Dash to Dubai: An FBI Fugitive Explains Why She Kidnapped Her Daughter and Fled Fort Lauderdale

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And he continues to make enemies. According to court records, Dahm was involved in another legal skirmish recently. This past February, he and a woman named Esmeralda Dekaj were sitting in his car at a red light, supposedly on their way to the gym. Suddenly, Dekaj's husband, a bull of a man named Pjeter whom she had left the night before, pulled up next to them in a white Dodge Caravan. He turned the wheel and bumped Dahm's Mercedes sedan. Rather than risk an awkward situation with another man's wife, Dahm sped away, with Pjeter bumping Dahm's car a few more times.

Immediately after the incident, Dahm filed court documents alleging that Dekaj's husband had committed repeat acts of domestic violence against him. "I thought I was going to DIE," Dahm wrote in the report. "I fear this man will come to my home... and try to hurt me or KILL ME. I AM AFRAID FOR MY LIFE!!!"

Esmeralda Dekaj has since returned to her husband and describes Dahm as a liar who uses his daughter's plight to elicit sympathy. Pjeter Dekaj was charged with domestic violence, and Dahm intends to testify against him. Dekaj would face more than ten years if convicted.

New enemies and old felonies withstanding, Dahm is not the one who is the international fugitive. A Broward judge awarded him sole custody of Gabrielle about a month after Delbecq and her family skipped town. Asked directly about his criminal history, Dahm says, "Things that happened in the past are in the past and have no bearing on the situation. My daughter was kidnapped. I'm the victim of a horrible crime."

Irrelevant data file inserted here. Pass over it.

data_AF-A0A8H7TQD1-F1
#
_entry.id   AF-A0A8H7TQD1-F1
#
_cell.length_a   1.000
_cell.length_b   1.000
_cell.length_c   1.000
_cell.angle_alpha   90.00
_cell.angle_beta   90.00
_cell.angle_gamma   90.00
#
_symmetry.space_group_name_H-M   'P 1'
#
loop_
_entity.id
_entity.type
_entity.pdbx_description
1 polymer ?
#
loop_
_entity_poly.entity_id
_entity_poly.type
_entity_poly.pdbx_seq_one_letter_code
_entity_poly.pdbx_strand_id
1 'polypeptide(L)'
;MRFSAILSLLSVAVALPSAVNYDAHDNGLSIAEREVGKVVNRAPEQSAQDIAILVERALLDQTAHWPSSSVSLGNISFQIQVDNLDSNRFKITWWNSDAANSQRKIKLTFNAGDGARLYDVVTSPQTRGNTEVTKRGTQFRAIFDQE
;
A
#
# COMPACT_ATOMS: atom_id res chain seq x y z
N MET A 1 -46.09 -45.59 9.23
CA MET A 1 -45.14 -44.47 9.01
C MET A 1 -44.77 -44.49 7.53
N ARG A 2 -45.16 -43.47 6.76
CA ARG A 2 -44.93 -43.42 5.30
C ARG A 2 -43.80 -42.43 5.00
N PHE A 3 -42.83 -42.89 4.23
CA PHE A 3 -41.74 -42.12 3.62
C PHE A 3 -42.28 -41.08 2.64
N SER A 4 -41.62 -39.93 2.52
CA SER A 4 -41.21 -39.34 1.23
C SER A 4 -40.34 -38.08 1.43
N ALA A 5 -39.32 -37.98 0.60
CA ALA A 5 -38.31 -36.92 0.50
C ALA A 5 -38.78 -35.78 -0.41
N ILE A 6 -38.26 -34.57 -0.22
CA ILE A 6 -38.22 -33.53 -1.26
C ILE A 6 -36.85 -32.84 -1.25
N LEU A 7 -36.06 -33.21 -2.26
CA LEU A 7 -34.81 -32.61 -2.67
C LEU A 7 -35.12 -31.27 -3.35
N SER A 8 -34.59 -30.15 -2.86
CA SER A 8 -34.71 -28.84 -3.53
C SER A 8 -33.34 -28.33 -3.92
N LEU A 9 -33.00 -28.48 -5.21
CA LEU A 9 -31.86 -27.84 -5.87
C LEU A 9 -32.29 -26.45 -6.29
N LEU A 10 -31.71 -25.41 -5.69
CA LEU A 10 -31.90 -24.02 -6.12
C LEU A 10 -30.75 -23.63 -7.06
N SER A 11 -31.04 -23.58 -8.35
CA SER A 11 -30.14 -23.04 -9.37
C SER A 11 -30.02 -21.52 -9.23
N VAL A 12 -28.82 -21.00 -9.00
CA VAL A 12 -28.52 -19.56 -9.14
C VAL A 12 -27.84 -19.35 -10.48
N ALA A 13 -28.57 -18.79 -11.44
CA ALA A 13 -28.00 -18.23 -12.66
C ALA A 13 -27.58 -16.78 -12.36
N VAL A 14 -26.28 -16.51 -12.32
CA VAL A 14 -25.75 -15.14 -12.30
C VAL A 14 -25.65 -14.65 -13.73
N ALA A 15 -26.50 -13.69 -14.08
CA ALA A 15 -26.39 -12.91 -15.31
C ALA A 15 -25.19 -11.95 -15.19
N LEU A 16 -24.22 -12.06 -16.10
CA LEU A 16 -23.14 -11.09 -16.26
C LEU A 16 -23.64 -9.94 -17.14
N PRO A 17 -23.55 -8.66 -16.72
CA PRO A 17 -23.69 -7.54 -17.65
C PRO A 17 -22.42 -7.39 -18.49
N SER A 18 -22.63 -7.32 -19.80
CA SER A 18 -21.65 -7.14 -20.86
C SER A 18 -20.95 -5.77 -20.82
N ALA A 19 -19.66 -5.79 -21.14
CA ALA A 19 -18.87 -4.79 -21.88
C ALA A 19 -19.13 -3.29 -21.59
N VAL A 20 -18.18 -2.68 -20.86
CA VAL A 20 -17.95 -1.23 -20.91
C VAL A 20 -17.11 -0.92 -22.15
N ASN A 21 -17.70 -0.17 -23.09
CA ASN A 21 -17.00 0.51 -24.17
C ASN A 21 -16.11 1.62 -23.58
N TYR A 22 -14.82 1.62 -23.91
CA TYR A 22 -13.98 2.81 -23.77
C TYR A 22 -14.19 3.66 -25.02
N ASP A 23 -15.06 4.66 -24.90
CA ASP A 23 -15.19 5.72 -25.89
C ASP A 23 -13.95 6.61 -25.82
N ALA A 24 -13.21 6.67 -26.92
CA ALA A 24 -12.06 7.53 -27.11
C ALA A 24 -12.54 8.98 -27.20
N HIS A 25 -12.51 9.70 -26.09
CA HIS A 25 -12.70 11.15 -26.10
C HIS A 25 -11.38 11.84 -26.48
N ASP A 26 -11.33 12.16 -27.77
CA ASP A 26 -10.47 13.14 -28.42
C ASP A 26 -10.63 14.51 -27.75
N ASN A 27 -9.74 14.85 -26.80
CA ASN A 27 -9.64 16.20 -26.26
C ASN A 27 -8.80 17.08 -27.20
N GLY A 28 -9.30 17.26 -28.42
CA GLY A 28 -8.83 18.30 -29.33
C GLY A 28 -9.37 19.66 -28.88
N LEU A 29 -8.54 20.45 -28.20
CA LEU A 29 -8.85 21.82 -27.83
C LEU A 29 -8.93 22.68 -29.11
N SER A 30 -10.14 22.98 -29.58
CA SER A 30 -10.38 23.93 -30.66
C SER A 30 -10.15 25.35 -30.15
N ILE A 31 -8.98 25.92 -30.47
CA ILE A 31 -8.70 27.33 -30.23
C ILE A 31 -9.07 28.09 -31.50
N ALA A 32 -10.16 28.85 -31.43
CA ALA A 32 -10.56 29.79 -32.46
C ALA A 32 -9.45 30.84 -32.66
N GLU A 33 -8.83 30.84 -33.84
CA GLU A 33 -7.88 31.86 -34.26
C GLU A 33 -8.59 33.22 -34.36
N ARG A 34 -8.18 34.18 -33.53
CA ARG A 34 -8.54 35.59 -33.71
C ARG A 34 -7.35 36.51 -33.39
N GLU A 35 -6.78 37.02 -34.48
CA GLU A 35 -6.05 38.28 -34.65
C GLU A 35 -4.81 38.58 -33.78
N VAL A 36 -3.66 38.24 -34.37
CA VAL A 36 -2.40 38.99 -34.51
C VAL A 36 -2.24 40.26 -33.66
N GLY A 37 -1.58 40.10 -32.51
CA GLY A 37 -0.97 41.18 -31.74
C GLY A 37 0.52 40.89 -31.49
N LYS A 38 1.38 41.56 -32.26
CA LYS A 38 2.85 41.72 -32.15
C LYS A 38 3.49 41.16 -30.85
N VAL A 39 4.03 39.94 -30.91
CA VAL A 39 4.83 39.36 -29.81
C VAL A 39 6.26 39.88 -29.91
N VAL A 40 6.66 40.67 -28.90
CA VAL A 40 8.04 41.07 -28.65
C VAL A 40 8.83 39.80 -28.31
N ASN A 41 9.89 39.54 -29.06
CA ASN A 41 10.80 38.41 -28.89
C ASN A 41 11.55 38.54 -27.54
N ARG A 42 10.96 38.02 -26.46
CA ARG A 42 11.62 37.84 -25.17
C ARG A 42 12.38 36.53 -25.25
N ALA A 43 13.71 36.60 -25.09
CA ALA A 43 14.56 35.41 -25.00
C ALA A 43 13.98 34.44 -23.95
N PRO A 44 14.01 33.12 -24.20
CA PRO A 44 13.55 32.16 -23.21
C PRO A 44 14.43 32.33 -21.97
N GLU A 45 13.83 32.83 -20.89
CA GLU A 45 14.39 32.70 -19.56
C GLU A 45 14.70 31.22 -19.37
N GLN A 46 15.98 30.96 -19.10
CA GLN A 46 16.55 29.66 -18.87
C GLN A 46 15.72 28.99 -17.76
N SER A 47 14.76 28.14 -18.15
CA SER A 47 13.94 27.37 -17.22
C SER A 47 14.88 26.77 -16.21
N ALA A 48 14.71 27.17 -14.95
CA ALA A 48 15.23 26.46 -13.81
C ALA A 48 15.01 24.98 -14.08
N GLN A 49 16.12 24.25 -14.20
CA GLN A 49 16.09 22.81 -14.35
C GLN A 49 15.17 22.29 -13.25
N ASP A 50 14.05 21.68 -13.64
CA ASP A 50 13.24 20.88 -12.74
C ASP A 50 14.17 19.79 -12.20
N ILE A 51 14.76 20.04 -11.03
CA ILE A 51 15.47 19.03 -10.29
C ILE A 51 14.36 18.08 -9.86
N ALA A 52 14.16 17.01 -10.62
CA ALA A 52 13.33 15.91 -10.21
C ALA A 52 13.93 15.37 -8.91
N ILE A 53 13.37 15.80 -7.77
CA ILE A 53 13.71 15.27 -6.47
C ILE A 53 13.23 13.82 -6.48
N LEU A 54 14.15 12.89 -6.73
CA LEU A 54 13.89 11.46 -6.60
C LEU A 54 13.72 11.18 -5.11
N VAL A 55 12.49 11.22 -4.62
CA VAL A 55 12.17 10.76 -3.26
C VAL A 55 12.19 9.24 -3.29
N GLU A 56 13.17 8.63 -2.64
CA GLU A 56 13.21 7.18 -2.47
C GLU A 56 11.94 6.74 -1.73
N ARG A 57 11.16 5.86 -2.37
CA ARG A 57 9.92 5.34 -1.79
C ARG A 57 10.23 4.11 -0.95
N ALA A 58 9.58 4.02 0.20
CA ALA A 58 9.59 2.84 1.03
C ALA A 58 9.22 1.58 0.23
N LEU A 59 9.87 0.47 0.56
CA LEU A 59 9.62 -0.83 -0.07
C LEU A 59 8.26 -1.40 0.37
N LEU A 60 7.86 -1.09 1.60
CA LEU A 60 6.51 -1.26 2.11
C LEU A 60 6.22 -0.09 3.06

He continues to nudge the FBI and the State Department to take action to bring Gabrielle back to the U.S. Now, almost two years since Delbecq ran off with his daughter, he's frustrated with the pace of progress. An email from the State Department just a few weeks ago informed Dahm that the FBI would not be pursuing what's called an Unlawful Flight to Avoid Prosecution warrant. A spokeswoman with the State Department explained to Dahm that the FBI does "not believe that this will add any additional benefit to the case as they already have out the federal indictment, arrest warrant, and existing Interpol red notices." The FBI declined to comment for this article.

Meanwhile, 7,000 miles away, Delbecq says she and Gabrielle lead relatively normal lives in the United Arab Emirates. Delbecq has friends, recently started dating again, and is on Facebook posting semiprovocative pictures in which she looks older and puffier than she does in the FBI's profile. For a wanted fugitive, she's remarkably easy to find.

Delbecq says that a child psychologist diagnosed Gabrielle with separation anxiety but otherwise declines commenting further about her daughter beyond saying, "She's a very happy little girl." As for having once fallen in love with Dahm, Delbecq chalks it up to being a naive 20-something who was a tad too superficial. "Eventually, he cast a spell on me," she says.

For now, both sides carry on their daily routines. And wait. Dahm hopes that one day, he'll receive orders to pack his bags and board the next flight to the United Arab Emirates so he can pick up his daughter.

Delbecq knows that if the U.S. and UAE strike a deal, she and her parents could be sentenced to at least three years in federal prison and have a good portion of their financial assets wiped out. Gabrielle would be handed over to Dahm and potentially never see her mother again.

"I'm wanted internationally. I have a federal warrant against me," she says, summing up her position before she hangs up the phone. "So, yes, I'm a little nervous. But I did what had to be done."

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Chris Sweeney